Dennis Johnson didn’t hesitate when asked to make his temporary role with Saskatchewan Polytechnic permanent.
On Wednesday, Sask. Polytech officially appointed Johnson as its full-time provost and vice-president, Academic, positions he’d held on an interim basis since September 2018.
“Moving back into the VP academic is kind of like returning home,” said Johnson, whose most recent permanent role was vice-president of Strategy and Business Development. “It’s very familiar.”
Johnson takes on the role as Sask. Polytech begins discussion and plans for the next stage in its development. The school’s current strategic plan runs until 2020, and administrators and faculty will begin developing the next phase in the coming months.
Johnson said he’s proud of the school’s recent achievements, especially when it comes to graduate employment opportunities. The most recent data shows 92 per cent of Sask. Polytech grads find a job within one year. However, Johnson also said the nature of work is changing, and it’s up to the college to change with it.
“There’s lots of interest now in the future of work, the jobs that are going to go away or become redundant, and the new jobs that we don’t even know about,” he explained. “We need to be ready for that, while at the same time teaching what’s still needed and relevant and current today.”
That planning process will extend to Prince Albert, which houses one of four regional campuses in Saskatchewan. Although Sask. Poly has partnered with a number of regional colleges in central and northern Saskatchewan, Johnson said they’re still seeing lots of students wanting to come to Prince Albert for their education. Their goal for the next phase of their strategic plan is to make sure those students are still well served.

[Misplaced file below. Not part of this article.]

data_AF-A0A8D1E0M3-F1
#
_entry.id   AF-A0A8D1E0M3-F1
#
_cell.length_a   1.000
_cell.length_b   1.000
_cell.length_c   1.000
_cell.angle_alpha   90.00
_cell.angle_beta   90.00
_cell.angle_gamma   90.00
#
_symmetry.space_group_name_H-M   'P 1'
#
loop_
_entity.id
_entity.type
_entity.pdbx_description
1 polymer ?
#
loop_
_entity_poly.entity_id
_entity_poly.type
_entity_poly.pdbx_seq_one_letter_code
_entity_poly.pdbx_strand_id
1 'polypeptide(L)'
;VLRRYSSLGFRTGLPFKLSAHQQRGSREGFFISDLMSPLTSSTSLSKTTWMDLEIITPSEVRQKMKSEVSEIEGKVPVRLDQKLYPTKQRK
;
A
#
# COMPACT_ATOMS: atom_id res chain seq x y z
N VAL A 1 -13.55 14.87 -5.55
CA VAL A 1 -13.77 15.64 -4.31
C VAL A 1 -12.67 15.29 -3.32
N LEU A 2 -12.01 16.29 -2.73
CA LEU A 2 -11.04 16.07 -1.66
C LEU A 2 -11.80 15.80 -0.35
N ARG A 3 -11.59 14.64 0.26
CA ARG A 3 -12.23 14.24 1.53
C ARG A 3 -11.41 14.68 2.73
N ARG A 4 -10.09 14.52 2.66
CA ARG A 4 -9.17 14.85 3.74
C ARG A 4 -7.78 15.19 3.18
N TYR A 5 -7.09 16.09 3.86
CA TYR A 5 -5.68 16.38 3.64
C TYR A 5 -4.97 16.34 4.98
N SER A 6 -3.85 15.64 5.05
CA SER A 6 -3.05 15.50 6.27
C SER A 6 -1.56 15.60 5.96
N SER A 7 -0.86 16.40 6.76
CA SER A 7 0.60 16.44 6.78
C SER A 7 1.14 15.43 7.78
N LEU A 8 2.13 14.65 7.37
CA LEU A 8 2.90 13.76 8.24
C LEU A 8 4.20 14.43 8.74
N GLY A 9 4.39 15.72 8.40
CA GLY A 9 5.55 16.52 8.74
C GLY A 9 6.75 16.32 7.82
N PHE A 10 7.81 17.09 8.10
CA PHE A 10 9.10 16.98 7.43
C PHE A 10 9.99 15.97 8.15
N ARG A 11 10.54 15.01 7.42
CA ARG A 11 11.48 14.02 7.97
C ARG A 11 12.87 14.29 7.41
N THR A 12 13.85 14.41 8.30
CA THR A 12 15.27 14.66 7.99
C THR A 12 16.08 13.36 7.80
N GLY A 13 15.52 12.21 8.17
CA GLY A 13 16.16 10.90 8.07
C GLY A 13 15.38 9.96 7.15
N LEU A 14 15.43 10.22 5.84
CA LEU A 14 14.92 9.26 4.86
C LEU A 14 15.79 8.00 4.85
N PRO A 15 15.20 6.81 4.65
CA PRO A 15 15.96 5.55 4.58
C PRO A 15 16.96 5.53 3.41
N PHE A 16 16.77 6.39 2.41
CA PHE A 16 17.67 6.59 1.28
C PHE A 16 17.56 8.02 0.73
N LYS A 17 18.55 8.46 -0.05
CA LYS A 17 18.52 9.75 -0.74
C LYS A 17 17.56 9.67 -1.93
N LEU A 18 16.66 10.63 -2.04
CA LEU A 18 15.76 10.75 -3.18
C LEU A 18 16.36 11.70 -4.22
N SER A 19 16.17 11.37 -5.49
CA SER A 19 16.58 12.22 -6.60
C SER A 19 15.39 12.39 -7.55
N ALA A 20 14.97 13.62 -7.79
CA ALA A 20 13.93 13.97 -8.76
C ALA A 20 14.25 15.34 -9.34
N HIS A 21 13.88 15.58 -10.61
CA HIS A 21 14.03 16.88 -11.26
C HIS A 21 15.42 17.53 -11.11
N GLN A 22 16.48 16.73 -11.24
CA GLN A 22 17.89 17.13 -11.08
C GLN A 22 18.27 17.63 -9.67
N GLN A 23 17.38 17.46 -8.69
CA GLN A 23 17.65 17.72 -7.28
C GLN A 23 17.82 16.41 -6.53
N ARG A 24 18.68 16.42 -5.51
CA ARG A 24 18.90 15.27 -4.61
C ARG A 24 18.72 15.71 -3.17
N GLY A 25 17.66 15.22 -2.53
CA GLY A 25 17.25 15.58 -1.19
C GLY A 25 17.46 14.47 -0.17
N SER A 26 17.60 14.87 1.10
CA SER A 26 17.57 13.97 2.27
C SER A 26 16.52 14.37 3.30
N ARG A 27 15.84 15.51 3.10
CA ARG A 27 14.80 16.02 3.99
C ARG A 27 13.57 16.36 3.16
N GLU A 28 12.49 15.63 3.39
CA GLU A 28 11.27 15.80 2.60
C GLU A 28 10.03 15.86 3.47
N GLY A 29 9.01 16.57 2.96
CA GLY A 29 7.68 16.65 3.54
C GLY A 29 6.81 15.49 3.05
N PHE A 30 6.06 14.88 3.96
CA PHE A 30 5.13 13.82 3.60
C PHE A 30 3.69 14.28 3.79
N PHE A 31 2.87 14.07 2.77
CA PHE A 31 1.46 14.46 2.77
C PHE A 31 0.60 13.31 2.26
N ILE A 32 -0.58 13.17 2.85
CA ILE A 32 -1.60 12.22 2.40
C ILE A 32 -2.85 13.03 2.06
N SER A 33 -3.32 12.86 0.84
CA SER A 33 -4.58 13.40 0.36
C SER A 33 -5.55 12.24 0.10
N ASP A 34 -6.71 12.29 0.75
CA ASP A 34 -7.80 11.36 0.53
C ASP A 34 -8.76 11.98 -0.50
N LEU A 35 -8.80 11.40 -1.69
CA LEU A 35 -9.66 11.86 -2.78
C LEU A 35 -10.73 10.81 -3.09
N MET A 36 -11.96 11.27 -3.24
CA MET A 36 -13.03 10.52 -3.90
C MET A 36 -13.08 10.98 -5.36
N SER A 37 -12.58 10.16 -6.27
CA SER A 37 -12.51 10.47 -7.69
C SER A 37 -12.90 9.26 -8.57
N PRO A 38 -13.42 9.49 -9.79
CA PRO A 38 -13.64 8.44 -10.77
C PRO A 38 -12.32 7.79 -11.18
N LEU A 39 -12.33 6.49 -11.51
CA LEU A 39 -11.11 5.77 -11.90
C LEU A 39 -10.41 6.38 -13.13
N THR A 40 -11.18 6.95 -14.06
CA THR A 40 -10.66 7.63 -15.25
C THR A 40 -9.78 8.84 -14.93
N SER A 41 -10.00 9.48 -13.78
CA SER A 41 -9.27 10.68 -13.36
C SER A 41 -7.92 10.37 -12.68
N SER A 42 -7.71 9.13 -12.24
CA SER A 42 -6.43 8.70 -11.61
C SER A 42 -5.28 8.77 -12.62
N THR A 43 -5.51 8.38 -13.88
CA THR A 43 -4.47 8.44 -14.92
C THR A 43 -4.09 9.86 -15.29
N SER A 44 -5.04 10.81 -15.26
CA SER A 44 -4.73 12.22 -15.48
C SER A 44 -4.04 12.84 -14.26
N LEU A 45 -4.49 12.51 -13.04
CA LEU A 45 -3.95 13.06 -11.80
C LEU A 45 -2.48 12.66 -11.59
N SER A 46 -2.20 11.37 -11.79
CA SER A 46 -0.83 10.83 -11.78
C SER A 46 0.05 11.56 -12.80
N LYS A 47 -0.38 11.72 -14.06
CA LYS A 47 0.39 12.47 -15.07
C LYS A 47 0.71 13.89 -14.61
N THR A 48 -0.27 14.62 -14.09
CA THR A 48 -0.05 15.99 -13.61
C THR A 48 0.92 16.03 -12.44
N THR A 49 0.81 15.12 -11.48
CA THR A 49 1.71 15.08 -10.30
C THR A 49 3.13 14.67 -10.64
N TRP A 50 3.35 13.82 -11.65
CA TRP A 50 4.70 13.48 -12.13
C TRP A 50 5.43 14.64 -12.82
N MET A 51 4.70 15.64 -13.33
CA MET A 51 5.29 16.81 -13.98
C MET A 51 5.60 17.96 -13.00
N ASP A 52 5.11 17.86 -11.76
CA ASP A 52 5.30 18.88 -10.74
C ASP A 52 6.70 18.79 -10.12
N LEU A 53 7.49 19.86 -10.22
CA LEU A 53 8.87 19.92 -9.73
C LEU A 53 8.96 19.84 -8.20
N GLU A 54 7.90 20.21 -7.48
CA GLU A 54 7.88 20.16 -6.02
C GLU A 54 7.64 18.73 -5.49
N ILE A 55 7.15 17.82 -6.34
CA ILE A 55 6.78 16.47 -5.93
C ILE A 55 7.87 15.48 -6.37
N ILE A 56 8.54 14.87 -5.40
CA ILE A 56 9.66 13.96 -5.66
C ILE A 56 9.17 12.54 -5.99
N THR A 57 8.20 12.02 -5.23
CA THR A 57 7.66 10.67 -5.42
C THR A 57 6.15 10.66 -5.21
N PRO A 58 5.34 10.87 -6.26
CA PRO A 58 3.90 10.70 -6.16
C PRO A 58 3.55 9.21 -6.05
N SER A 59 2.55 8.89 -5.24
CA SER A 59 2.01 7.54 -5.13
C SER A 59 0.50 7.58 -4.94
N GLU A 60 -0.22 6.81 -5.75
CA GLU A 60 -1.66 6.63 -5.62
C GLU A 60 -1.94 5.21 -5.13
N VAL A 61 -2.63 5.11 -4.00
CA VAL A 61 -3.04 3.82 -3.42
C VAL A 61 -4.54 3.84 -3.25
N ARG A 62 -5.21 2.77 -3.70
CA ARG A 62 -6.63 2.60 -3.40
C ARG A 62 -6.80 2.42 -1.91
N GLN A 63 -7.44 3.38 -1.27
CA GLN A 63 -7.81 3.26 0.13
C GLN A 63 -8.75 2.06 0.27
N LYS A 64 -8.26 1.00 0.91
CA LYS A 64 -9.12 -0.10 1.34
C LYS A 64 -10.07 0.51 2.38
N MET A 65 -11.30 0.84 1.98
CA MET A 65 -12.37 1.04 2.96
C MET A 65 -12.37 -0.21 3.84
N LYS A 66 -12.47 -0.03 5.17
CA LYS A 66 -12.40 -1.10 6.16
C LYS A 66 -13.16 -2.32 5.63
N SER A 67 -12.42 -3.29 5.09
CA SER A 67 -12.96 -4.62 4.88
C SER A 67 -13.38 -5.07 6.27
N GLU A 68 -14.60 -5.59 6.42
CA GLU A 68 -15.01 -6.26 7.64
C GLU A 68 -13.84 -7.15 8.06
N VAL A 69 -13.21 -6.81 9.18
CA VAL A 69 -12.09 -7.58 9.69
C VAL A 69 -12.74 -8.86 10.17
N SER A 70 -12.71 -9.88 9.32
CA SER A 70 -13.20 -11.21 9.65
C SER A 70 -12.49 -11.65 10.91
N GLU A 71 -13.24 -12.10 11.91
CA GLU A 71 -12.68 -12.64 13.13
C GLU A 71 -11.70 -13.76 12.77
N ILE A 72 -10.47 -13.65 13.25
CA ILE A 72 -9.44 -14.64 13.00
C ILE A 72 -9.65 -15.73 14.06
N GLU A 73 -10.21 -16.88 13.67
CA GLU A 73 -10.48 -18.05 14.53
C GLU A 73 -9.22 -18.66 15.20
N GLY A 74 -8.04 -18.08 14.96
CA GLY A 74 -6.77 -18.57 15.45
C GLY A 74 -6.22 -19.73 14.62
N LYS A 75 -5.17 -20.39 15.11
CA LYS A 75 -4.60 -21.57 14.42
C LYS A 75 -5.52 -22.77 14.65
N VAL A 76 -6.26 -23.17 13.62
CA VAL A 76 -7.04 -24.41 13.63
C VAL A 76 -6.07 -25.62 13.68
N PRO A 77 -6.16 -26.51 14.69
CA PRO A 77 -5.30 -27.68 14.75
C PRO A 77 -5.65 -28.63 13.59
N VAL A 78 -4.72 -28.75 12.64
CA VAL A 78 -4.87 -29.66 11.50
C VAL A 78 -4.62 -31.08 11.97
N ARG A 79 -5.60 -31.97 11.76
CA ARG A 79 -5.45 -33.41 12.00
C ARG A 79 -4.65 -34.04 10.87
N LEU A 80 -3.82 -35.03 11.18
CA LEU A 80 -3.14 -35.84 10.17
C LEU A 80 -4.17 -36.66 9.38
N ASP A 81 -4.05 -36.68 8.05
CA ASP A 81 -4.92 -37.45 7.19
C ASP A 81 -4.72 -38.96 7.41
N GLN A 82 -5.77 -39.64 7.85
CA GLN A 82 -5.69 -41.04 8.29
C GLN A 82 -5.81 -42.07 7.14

“We want to continue to make sure that we’re really serving that community (with) new programs or new offerings or different ways of delivering current programs that serve P.A. and area,” Johnson said. “That’s what I’ll be focusing on. Do we have the program mix right for the things we should be adding? It’s too early for me to say I have a list. I don’t, but we’ll be looking at our program mix at each of the campuses and seeing how we can enhance the offerings for the students.”
Johnson began his academic career at Mohawk College. He also taught previously at Okanagan University College and Thompson Rivers University. He holds a PhD in Educational Administration from the University of Saskatchewan.
Sask. Polytech president and CEO Larry Rosia welcomed Johnson’s official appointment, especially for his work in creating a more diverse school.
“Dr. Johnson has an exciting vision for the future of education and learning at Sask. Polytech,” Rosia said in a media release. “As interim provost and vice-president Academic he has continued to build relationships with stakeholders, and advanced work on internationalization and Indigenization at Sask. Polytech.”